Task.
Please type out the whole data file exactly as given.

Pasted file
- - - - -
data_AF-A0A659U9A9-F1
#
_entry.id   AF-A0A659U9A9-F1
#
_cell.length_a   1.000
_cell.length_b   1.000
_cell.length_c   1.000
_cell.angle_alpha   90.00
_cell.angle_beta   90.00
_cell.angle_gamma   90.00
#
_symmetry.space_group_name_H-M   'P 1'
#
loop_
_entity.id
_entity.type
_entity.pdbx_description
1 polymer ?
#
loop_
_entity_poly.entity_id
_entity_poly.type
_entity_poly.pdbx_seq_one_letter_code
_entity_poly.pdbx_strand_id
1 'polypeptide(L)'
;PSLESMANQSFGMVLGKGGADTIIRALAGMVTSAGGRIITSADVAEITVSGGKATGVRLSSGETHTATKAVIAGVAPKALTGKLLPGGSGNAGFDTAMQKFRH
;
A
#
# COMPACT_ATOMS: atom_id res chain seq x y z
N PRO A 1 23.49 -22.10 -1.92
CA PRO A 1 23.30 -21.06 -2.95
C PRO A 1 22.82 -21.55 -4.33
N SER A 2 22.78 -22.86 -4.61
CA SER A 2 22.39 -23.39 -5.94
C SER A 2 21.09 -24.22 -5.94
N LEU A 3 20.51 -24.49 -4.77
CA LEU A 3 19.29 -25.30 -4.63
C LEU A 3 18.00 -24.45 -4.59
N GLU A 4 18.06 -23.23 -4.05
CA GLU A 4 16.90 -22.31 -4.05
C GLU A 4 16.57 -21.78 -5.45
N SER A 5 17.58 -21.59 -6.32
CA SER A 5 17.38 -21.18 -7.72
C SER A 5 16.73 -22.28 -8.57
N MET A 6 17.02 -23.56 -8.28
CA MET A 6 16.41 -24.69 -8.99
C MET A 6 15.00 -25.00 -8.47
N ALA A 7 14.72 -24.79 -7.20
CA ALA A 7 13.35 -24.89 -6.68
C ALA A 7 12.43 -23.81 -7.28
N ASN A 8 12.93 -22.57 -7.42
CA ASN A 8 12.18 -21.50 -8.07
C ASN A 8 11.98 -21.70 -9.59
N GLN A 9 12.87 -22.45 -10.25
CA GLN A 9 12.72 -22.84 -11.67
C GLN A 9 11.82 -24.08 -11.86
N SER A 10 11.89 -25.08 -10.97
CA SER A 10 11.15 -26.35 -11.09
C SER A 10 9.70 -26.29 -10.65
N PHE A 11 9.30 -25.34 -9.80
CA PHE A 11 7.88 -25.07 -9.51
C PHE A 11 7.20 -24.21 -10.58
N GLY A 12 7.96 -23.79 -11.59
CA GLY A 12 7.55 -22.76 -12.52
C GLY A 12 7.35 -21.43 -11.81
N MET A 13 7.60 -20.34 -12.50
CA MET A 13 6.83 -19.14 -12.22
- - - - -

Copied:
data_AF-A0A659U9A9-F1
#
_entry.id   AF-A0A659U9A9-F1
#
_cell.length_a   1.000
_cell.length_b   1.000
_cell.length_c   1.000
_cell.angle_alpha   90.00
_cell.angle_beta   90.00
_cell.angle_gamma   90.00
#
_symmetry.space_group_name_H-M   'P 1'
#
loop_
_entity.id
_entity.type
_entity.pdbx_description
1 polymer ?
#
loop_
_entity_poly.entity_id
_entity_poly.type
_entity_poly.pdbx_seq_one_letter_code
_entity_poly.pdbx_strand_id
1 'polypeptide(L)'
;PSLESMANQSFGMVLGKGGADTIIRALAGMVTSAGGRIITSADVAEITVSGGKATGVRLSSGETHTATKAVIAGVAPKALTGKLLPGGSGNAGFDTAMQKFRH
;
A
#
# COMPACT_ATOMS: atom_id res chain seq x y z
N PRO A 1 23.49 -22.10 -1.92
CA PRO A 1 23.30 -21.06 -2.95
C PRO A 1 22.82 -21.55 -4.33
N SER A 2 22.78 -22.86 -4.61
CA SER A 2 22.39 -23.39 -5.94
C SER A 2 21.09 -24.22 -5.94
N LEU A 3 20.51 -24.49 -4.77
CA LEU A 3 19.29 -25.30 -4.63
C LEU A 3 18.00 -24.45 -4.59
N GLU A 4 18.06 -23.23 -4.05
CA GLU A 4 16.90 -22.31 -4.05
C GLU A 4 16.57 -21.78 -5.45
N SER A 5 17.58 -21.59 -6.32
CA SER A 5 17.38 -21.18 -7.72
C SER A 5 16.73 -22.28 -8.57
N MET A 6 17.02 -23.56 -8.28
CA MET A 6 16.41 -24.69 -8.99
C MET A 6 15.00 -25.00 -8.47
N ALA A 7 14.72 -24.79 -7.20
CA ALA A 7 13.35 -24.89 -6.68
C ALA A 7 12.43 -23.81 -7.28
N ASN A 8 12.93 -22.57 -7.42
CA ASN A 8 12.18 -21.50 -8.07
C ASN A 8 11.98 -21.70 -9.59
N GLN A 9 12.87 -22.45 -10.25
CA GLN A 9 12.72 -22.84 -11.67
C GLN A 9 11.82 -24.08 -11.86
N SER A 10 11.89 -25.08 -10.97
CA SER A 10 11.15 -26.35 -11.09
C SER A 10 9.70 -26.29 -10.65
N PHE A 11 9.30 -25.34 -9.80
CA PHE A 11 7.88 -25.07 -9.51
C PHE A 11 7.20 -24.21 -10.58
N GLY A 12 7.96 -23.79 -11.59
CA GLY A 12 7.55 -22.76 -12.52
C GLY A 12 7.35 -21.43 -11.81
N MET A 13 7.60 -20.34 -12.50
CA MET A 13 6.83 -19.14 -12.22